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Sources of variability in genetic association studies: insights from the analysis of hepatic lipase (LIPC).
Hum Mutat. 2002 May; 19(5):536-42.HM

Abstract

Genetic association studies have been widely used to identify loci that influence plasma lipoprotein concentrations, but few of the associations reported have proved consistently reproducible across different study populations. This lack of consistency is a widely recognized limitation of association studies, and is often ascribed to inadequate statistical power, population substructure, and population-specific linkage disequilibrium. However, few studies have assessed the causes of variability underlying a given genotype-phenotype association. We have examined two possible sources of variability in the association between the -514 polymorphism in hepatic lipase (LIPC) and plasma HDL-C concentrations. First, we compared the association between this polymorphism and hepatic lipase activity in four populations. A single copy of the -514C allele was associated with a 10 mmol.hr(-1).l(-1) increase in hepatic lipase activity in white American and Turkish men but only approximately 5 mmol.hr(-1).l(-1) in Chinese and African-American men. Second, we tested the effects of a stanozolol-induced increase in hepatic lipase activity on plasma HDL-C concentrations in men with normal (< 150mg/dl) or elevated (150-300mg/dl) levels of plasma triglyceride. The increase in hepatic lipase activity was similar in the two groups, but the resulting decline in HDL-C levels was significantly greater in normolipidemic men. These data suggest that the effect of a polymorphism on gene expression can vary among individuals, and that the resulting phenotype may be further modified by interactions with other factors. Three novel LIPC polymorphisms were identified in the study (-1596insC, -2740A>G, and -2880G>C).

Authors+Show Affiliations

Internal Medicine, University of Texas Southwestern Medical Center at Dallas, Dallas, Texas, USA.No affiliation info availableNo affiliation info availableNo affiliation info availableNo affiliation info availableNo affiliation info availableNo affiliation info available

Pub Type(s)

Journal Article
Multicenter Study
Research Support, Non-U.S. Gov't
Research Support, U.S. Gov't, Non-P.H.S.
Research Support, U.S. Gov't, P.H.S.

Language

eng

PubMed ID

11968086

Citation

Shohet, Ralph V., et al. "Sources of Variability in Genetic Association Studies: Insights From the Analysis of Hepatic Lipase (LIPC)." Human Mutation, vol. 19, no. 5, 2002, pp. 536-42.
Shohet RV, Vega GL, Bersot TP, et al. Sources of variability in genetic association studies: insights from the analysis of hepatic lipase (LIPC). Hum Mutat. 2002;19(5):536-42.
Shohet, R. V., Vega, G. L., Bersot, T. P., Mahley, R. W., Grundy, S. M., Guerra, R., & Cohen, J. C. (2002). Sources of variability in genetic association studies: insights from the analysis of hepatic lipase (LIPC). Human Mutation, 19(5), 536-42.
Shohet RV, et al. Sources of Variability in Genetic Association Studies: Insights From the Analysis of Hepatic Lipase (LIPC). Hum Mutat. 2002;19(5):536-42. PubMed PMID: 11968086.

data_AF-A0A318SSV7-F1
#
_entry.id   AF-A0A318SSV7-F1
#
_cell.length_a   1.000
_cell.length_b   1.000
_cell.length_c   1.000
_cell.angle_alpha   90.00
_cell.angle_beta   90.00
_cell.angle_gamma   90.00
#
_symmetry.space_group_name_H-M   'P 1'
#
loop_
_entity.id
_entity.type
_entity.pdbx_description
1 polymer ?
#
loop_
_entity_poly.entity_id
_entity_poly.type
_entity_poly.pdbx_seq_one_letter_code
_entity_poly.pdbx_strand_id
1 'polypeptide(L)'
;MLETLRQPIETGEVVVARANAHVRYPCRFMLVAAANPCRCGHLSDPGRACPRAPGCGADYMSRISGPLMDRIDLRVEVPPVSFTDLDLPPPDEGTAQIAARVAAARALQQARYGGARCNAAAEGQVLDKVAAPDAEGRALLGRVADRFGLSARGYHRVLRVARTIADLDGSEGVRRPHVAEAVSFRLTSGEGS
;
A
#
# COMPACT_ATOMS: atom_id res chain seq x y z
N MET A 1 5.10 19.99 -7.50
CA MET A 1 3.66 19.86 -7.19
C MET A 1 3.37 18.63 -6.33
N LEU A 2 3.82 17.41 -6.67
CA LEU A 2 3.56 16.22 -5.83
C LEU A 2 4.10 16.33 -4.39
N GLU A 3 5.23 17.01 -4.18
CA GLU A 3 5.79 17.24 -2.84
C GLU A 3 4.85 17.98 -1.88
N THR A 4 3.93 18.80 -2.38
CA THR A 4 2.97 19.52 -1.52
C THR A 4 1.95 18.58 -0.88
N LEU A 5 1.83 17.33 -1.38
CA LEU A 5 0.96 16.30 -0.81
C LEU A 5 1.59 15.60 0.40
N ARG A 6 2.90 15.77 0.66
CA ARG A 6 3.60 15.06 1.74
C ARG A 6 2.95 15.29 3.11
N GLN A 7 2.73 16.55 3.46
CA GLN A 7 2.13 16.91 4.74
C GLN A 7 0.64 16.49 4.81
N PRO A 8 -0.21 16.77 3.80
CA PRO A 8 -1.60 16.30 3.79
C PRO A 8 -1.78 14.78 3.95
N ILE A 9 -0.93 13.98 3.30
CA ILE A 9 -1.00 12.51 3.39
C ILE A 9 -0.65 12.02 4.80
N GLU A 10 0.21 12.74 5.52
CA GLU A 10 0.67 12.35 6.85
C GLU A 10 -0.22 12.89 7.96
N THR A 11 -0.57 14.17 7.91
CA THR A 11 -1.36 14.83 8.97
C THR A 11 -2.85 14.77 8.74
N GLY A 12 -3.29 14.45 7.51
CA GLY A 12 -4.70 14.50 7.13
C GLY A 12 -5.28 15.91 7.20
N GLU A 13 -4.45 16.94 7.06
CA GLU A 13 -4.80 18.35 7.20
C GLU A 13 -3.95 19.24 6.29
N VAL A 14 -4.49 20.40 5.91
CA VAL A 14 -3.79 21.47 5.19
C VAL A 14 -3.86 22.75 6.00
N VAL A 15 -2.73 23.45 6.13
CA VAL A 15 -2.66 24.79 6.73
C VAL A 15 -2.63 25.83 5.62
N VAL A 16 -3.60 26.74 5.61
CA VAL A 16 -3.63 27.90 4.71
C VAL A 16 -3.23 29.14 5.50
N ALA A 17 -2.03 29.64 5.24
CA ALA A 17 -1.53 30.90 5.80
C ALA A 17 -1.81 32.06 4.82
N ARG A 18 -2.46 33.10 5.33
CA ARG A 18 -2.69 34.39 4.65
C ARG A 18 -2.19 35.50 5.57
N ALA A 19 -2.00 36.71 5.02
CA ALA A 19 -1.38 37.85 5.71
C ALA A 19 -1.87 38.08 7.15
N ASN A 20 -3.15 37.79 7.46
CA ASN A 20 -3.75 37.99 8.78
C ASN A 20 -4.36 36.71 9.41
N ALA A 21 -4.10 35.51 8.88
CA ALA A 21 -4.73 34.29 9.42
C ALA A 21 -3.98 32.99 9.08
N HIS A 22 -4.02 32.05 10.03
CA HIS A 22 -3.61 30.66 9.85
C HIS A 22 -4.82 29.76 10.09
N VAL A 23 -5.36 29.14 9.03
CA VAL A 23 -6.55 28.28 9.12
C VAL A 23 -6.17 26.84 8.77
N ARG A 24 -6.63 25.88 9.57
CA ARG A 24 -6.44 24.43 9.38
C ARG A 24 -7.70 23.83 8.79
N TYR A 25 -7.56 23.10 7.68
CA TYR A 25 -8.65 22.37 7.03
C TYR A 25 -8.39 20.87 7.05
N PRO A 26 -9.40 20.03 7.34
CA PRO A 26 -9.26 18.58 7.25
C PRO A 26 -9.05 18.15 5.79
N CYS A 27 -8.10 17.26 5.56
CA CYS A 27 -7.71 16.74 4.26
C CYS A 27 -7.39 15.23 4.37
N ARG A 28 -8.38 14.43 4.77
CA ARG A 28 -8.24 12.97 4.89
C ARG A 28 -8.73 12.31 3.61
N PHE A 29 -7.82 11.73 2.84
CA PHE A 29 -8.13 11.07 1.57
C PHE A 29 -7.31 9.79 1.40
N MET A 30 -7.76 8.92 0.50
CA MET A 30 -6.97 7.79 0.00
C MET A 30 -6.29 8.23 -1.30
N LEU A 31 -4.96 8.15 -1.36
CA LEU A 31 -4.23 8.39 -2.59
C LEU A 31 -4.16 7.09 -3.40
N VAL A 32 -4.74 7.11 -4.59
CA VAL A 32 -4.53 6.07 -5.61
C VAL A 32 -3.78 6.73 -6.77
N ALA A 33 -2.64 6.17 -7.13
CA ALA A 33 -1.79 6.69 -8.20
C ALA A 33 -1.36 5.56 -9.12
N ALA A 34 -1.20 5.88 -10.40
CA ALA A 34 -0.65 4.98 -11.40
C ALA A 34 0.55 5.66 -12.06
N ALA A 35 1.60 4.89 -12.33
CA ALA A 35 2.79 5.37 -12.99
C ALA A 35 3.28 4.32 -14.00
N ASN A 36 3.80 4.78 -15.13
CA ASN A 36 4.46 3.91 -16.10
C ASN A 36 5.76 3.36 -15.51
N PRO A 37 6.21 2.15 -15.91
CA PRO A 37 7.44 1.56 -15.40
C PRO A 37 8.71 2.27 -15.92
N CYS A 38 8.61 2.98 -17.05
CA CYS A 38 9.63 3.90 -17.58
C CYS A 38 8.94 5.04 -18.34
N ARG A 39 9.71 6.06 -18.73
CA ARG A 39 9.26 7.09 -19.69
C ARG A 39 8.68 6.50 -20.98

* Article titles in AMA citation format should be in sentence-case
TY - JOUR T1 - Sources of variability in genetic association studies: insights from the analysis of hepatic lipase (LIPC). AU - Shohet,Ralph V, AU - Vega,Gloria L, AU - Bersot,Thomas P, AU - Mahley,Robert W, AU - Grundy,Scott M, AU - Guerra,Rudy, AU - Cohen,Jonathan C, PY - 2002/4/23/pubmed PY - 2002/6/28/medline PY - 2002/4/23/entrez SP - 536 EP - 42 JF - Human mutation JO - Hum Mutat VL - 19 IS - 5 N2 - Genetic association studies have been widely used to identify loci that influence plasma lipoprotein concentrations, but few of the associations reported have proved consistently reproducible across different study populations. This lack of consistency is a widely recognized limitation of association studies, and is often ascribed to inadequate statistical power, population substructure, and population-specific linkage disequilibrium. However, few studies have assessed the causes of variability underlying a given genotype-phenotype association. We have examined two possible sources of variability in the association between the -514 polymorphism in hepatic lipase (LIPC) and plasma HDL-C concentrations. First, we compared the association between this polymorphism and hepatic lipase activity in four populations. A single copy of the -514C allele was associated with a 10 mmol.hr(-1).l(-1) increase in hepatic lipase activity in white American and Turkish men but only approximately 5 mmol.hr(-1).l(-1) in Chinese and African-American men. Second, we tested the effects of a stanozolol-induced increase in hepatic lipase activity on plasma HDL-C concentrations in men with normal (< 150mg/dl) or elevated (150-300mg/dl) levels of plasma triglyceride. The increase in hepatic lipase activity was similar in the two groups, but the resulting decline in HDL-C levels was significantly greater in normolipidemic men. These data suggest that the effect of a polymorphism on gene expression can vary among individuals, and that the resulting phenotype may be further modified by interactions with other factors. Three novel LIPC polymorphisms were identified in the study (-1596insC, -2740A>G, and -2880G>C). SN - 1098-1004 UR - https://www.unboundmedicine.com/medline/citation/11968086/Sources_of_variability_in_genetic_association_studies:_insights_from_the_analysis_of_hepatic_lipase__LIPC__ L2 - https://doi.org/10.1002/humu.10079 DB - PRIME DP - Unbound Medicine ER -